“At a very conservative estimate, this would entail a 700bp risk premium surge. If the banking system is completely paralyzed then the cost of capital de facto increases an infinite amount. In the extreme paralysis of finance, capital is not available at any price.”
Rising capital costs would both take their toll on local firms, from large to small, and banks. Firms would collapse as funding dries up and the possibility of bringing in money from abroad becomes increasingly difficult(people have to accept the new NNC). The banking system would completely collapse. Investors will withdraw money en masse in response to the uncertainty surrounding the forcible revaluation of accounts into NNC. From the note:
Confronted with the obvious uncertainties surrounding the establishment of a NNC, the obvious response of anyone with exposure to the secessionist banking system is to withdraw money from the bank as quickly as possible. This could be done electronically – unless the government puts in place stringent capital controls. In that event, the wise depositor anticipating the creation of a NNC would withdraw their money in physical Euro form, pack it into a suitcase and head over the nearest international border – unless the government seals their borders to the movement of people. In that event, the sensible depositor would withdraw their money in physical Euro form, pack it into a suitcase and bury it in their garden. The only way that can be prevented is to shut the banking system entirely, or perhaps place a limit on the amount of withdrawals that can be made over the transition period.The costs of recapitalizing the banking system would probably be borne by depositors. In Argentina, the government enforced the conversion of dollar accounts into pesos “at the old official exchange rate” and then devalued against the dollar. Along with an expected bank run, the depositors in our weak country would see their accounts’ value fall by 60% in the case of 60% devaluation, according to UBS. (Read Euro Banks Stocking Up On Dollars To Avoid Liquidity Squeeze).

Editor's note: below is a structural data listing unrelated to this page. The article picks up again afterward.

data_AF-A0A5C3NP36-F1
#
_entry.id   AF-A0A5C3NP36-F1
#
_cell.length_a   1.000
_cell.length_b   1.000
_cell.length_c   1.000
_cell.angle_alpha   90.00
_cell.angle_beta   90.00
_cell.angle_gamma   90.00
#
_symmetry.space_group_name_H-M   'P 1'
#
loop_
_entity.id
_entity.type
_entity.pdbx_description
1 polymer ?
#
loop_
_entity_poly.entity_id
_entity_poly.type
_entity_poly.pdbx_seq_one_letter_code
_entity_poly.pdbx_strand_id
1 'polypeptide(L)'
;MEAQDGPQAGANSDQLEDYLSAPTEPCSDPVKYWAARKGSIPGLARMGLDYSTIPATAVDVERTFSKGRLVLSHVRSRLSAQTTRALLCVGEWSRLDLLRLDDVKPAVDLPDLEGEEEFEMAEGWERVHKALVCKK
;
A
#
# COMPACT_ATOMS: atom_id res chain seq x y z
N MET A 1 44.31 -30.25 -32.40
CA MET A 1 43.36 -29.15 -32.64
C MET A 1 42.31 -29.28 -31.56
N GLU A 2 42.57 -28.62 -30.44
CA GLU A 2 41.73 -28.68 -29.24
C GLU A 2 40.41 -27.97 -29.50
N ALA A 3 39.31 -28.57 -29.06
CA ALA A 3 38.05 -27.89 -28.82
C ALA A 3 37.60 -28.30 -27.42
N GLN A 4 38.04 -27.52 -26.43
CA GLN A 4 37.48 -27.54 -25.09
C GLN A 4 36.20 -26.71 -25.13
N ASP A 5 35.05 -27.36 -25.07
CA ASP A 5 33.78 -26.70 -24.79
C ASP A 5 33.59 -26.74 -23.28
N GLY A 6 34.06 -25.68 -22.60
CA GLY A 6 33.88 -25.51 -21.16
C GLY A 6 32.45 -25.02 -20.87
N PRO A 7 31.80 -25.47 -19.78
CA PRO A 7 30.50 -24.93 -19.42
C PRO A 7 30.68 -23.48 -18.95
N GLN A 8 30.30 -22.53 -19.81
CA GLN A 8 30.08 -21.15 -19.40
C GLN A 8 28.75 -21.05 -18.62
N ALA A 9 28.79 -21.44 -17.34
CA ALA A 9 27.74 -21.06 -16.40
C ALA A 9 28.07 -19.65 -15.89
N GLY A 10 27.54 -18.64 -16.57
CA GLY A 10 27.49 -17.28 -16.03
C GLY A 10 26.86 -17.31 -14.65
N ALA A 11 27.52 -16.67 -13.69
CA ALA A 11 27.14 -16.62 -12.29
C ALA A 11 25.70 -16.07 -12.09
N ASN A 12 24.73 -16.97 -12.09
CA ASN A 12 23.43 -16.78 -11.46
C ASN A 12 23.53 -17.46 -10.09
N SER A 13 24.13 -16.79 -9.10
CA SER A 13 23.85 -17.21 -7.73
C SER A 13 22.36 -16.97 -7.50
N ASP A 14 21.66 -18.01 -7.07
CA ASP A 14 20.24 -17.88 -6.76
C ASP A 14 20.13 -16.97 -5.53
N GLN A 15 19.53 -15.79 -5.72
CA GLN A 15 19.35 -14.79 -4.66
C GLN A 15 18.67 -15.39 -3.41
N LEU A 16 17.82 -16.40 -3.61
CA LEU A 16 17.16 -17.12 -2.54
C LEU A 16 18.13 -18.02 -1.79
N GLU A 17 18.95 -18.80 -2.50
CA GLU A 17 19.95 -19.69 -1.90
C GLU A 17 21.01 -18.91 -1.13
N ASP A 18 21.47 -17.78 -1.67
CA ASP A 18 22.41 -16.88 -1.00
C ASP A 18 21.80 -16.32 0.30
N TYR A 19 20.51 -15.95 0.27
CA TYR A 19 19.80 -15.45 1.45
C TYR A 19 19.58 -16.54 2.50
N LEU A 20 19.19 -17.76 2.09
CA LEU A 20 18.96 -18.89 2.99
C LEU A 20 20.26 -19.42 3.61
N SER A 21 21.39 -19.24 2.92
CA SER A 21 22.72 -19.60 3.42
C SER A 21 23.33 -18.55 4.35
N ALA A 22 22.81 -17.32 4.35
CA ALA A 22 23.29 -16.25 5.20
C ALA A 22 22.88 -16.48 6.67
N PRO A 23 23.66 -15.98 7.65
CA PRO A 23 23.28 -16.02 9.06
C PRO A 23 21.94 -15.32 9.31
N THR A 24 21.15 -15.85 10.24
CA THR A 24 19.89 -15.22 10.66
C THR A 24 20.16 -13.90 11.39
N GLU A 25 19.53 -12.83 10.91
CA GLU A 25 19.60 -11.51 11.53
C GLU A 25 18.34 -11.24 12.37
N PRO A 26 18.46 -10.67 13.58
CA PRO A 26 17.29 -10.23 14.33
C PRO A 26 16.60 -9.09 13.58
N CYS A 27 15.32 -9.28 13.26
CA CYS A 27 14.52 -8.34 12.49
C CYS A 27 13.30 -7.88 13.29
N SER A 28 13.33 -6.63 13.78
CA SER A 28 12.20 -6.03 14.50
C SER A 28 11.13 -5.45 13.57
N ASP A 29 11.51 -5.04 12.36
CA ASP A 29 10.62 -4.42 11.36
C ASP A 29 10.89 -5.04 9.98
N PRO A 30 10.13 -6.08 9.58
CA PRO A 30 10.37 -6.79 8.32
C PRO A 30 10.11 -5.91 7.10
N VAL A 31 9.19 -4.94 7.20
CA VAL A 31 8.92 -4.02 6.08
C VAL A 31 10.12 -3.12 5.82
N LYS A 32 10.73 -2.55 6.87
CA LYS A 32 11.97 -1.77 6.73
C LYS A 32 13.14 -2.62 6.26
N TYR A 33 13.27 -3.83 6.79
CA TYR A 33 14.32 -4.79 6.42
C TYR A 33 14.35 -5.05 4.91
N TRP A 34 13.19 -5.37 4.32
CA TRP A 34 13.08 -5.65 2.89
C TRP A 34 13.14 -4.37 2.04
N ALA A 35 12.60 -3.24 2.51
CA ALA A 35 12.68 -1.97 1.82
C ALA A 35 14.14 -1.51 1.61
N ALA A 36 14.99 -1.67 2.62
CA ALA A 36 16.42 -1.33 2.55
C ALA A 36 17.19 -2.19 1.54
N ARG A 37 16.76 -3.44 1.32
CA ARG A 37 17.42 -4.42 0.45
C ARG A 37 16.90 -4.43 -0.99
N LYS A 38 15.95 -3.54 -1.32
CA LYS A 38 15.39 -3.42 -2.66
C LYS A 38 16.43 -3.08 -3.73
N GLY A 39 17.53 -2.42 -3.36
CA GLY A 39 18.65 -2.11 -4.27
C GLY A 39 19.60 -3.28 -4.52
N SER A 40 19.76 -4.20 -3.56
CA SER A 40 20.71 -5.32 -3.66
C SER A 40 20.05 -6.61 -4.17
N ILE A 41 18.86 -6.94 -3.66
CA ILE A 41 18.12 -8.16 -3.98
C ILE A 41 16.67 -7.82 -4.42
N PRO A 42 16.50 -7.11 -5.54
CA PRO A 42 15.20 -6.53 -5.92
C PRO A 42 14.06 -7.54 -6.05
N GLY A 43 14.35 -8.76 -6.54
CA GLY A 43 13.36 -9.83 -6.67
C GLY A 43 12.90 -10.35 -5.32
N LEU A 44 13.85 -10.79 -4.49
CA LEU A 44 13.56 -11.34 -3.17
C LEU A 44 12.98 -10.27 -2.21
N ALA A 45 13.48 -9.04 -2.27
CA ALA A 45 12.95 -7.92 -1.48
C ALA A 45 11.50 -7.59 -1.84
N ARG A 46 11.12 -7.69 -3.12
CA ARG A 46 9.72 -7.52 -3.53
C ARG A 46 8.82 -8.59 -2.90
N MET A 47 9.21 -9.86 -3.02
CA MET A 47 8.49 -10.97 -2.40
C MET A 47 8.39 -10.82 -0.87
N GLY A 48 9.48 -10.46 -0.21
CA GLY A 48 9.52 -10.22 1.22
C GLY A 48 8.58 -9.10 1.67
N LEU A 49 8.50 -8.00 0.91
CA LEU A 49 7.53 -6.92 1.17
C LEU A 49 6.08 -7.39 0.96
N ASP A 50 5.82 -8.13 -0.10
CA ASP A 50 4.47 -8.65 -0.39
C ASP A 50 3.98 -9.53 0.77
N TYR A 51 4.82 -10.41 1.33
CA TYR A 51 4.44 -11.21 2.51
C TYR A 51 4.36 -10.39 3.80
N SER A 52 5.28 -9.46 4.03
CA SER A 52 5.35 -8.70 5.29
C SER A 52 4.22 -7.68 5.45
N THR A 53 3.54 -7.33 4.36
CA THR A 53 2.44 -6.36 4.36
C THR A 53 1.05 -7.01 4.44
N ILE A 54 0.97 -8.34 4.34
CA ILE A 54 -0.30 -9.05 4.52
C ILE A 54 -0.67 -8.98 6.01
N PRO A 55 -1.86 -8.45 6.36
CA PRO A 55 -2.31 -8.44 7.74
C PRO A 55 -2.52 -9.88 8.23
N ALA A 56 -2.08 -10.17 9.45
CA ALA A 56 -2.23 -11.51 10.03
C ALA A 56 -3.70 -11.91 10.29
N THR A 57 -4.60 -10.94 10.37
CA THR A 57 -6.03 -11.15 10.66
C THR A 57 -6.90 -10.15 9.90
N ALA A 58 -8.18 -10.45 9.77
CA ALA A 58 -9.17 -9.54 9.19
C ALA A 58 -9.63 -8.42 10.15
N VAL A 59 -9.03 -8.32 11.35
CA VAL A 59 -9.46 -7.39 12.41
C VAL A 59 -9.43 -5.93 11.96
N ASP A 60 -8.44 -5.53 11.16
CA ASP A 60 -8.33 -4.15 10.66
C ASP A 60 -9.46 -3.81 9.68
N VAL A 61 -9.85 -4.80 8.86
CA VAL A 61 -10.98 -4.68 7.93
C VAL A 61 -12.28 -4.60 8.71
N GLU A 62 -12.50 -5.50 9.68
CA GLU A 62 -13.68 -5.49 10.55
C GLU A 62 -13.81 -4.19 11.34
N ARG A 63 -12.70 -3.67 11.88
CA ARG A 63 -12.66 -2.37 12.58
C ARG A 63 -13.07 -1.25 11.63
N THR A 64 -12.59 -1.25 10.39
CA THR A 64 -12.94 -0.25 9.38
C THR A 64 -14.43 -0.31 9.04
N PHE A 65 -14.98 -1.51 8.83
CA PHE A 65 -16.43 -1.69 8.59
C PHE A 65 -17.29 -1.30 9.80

Trade would completely break down as well, as a forced devaluation wouldn’t be met by a host of idle trading partners willing to accept NNC-denominated goods that are 60% cheaper. It would be reasonable to expect a 60% tariff in response to a 60% depreciation of the NNC, a response the European Commission “explicitly alludes to,” according to UBS, bringing trading volumes down by about 50%.
Finally, along with a corporate default, we would face civil unrest and a society tipped into chaos, as unemployment spikes and people are left without basic necessities, much like in Argentina back in 2001-2002. A very rough estimate leads UBS’ analysts to estimate secession would cost each person in that country €9,500 to €11,500 per person the initial year. “These are conservative estimates. The economic consequences of civil disorder, break-up of the seceding country, etc, are not included in these costs,” warn the analysts.
Despite much talk of the possibility of a break up, if UBS’ analysts are right, “conservative” estimates show that secession is pretty much a death wish for any small European nation. The situation for a large country is similarly prohibitive. No one wants riots, looting, and long-term poverty. No one wants a repeat of Argentina back in 2002. (The video below shows what the situation was like in Argentina as the crisis hit).